8 Reasons to Move to Burlington, VT
This university town, the birthplace of Ben & Jerry's, offers amenities and attractions of many flavors
It’s surrounded by some of the most dramatically beautiful landscapes in the country, mixes historic charm with modern amenities, enjoys a vibrant intellectual and cultural life, and offers unparalleled outdoor recreational opportunities year round. No wonder Burlington, Vt., is ranked as one of the best places to live by numerous publications.
Here are eight reasons you should consider moving here.
The pride and joy of downtown Burlington, this four-block-long, open-air pedestrian mall draws 3 million people a year. Music, street performers, public art, great food vendors and eateries, and outstanding shopping fill the brick-paved streets. Grab a cup of coffee, find a seat under an inviting umbrella and enjoy great people-watching.
One of the oldest universities in the country, this venerable institution is attended by 12,000 students, including those in its highly respected medical school. A picture-perfect campus, the school is called UVM, which stands for Universitas Viridis Montis -- “University of the Green Mountains.”
Burlington’s location on the shores of Lake Champlain makes for world-class outdoor fun, much of which can be found in these islands, which stretch from Burlington to the Canadian border. Stunning sunsets, festivals (even in February!), lodging, dining and miles of beautiful coastline – day trips to heaven.
Burlington’s cultural scene is far larger and more exciting than the town’s size might suggest. Several art centers support the work of local creators, art galleries and classes abound. Musicians, dancers, actors and more are center stage at the Flynn Center for the Performing Arts, home to the Vermont Symphony Orchestra, the Lyric Theatre and the Vermont Stage Company and a calendar of top-tier performances from visiting artists.
More than 80 vendors of farm-fresh produce, flowers, artisan creations and edible goodies sell their wares each Saturday from late spring through fall at the market in City Hall Park. Even Vermont’s storied winter weather can’t keep these farmers at home: a winter market, inside the War Memorial Auditorium, runs bi-weekly from November through April, with plenty of nice things to eat.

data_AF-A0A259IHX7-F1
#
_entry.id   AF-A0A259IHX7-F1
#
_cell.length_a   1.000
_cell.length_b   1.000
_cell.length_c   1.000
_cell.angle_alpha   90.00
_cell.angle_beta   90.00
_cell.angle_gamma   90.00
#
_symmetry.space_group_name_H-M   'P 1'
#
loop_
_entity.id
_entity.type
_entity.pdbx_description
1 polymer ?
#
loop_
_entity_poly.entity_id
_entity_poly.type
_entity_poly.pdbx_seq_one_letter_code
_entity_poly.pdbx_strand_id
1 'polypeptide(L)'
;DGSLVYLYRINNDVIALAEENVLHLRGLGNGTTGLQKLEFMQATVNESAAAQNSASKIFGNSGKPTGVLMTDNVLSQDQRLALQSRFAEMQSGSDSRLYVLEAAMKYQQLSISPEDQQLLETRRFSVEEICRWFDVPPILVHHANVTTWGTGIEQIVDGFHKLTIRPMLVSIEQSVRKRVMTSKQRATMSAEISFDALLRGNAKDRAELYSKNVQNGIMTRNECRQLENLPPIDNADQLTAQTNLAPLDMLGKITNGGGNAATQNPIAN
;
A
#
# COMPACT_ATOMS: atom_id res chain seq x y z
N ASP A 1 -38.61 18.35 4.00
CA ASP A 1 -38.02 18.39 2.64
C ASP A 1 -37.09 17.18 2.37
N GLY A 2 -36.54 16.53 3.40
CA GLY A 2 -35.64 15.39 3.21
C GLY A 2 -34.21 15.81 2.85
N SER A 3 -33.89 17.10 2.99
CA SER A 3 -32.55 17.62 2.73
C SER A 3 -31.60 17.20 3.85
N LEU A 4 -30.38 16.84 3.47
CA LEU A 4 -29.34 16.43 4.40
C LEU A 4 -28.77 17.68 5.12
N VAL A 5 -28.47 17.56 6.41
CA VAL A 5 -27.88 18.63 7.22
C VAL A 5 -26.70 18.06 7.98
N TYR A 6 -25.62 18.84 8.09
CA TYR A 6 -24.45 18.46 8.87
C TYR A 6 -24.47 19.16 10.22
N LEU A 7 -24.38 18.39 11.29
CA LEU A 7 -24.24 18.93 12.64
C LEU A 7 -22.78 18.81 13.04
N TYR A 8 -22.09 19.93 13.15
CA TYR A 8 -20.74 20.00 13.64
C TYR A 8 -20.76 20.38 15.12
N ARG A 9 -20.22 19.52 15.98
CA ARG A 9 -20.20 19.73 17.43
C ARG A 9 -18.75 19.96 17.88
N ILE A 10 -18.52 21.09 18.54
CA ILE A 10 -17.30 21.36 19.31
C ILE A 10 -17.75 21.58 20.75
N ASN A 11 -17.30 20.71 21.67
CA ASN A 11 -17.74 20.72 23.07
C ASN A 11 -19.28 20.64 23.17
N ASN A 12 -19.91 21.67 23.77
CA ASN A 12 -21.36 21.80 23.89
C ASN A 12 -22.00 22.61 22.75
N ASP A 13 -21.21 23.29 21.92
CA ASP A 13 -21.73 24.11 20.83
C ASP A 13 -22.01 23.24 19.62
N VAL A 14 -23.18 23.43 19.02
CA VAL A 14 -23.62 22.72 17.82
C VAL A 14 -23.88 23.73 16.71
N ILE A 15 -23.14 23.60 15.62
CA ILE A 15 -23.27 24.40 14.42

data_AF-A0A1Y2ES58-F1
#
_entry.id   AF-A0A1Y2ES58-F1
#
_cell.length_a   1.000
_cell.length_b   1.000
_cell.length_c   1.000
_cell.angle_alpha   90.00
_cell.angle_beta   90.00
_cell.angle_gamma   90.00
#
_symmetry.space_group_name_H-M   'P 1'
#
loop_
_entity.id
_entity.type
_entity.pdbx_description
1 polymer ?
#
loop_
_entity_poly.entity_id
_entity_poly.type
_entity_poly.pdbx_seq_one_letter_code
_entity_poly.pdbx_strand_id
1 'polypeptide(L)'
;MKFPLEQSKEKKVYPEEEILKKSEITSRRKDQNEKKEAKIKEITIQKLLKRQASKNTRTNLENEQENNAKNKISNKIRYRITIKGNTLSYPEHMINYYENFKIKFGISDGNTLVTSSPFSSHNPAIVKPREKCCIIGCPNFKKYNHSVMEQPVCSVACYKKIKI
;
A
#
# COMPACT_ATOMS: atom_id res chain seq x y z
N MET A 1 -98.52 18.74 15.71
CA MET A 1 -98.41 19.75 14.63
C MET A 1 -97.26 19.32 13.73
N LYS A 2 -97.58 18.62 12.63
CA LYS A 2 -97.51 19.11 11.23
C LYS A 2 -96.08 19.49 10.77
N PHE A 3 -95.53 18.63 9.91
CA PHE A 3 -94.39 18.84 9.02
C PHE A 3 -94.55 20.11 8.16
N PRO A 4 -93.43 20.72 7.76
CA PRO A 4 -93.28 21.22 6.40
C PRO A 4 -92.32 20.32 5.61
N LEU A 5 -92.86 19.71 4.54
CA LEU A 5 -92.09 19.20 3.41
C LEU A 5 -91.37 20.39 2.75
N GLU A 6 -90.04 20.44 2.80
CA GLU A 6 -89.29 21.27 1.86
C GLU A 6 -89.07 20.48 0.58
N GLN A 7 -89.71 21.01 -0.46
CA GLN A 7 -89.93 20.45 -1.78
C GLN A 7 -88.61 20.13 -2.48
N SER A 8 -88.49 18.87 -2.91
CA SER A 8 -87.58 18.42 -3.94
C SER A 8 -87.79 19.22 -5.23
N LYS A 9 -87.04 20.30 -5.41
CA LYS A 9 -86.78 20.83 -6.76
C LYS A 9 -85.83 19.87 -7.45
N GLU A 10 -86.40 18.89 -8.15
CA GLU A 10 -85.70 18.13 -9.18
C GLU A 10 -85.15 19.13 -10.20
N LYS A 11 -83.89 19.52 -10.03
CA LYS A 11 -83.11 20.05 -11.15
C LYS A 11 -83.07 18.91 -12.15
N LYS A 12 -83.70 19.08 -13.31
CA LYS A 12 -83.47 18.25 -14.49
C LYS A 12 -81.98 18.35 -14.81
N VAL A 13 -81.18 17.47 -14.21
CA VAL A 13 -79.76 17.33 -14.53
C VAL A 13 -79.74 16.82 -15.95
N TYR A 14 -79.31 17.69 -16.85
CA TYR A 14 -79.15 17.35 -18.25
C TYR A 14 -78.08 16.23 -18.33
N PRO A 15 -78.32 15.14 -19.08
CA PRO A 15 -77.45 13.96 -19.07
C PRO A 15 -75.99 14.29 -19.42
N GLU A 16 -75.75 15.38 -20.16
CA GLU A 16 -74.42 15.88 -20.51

And speaking of nice things to eat, Burlington’s restaurant scene offers everything from sushi to spaghetti. Burlington has twice been ranked as one of the Top 10 Foodie Cities by Livability.com. Case in point is Bove’s, which has been serving authentic Italian fare on Pearl Street since 1941. The third-generation, family-owned business also produces and sells its own pasta sauces, pasta and meatballs – its roasted garlic tomato sauce got a happy nod from the Food Network’s The Best Thing I Ever Ate.
What’s that about the best thing you ever ate? Cherry Garcia? Chocolate Chip Cookie Dough? Maybe the new Jimmy Fallon-inspired Tonight Dough? Whichever flavor they love, aficionados revere the fact that Ben & Jerry’s fabled ice cream was born right here in an old gas station back in the 1970s. Of course you can still find a B&J cone in Burlington, but you’re only half an hour’s drive to the font of all frozen wonderfulness in Waterbury, the Ben & Jerry’s factory. Tours? Yep.
No, nothing like the Loch Ness Monster, these terrors are Burlington's Minor League Baseball team, affiliated, long distance, with the Oakland Athletics. Hard-working, if not always blessed with a winning season, the Monsters have sent an admirable number of players from Centennial Field on to the majors.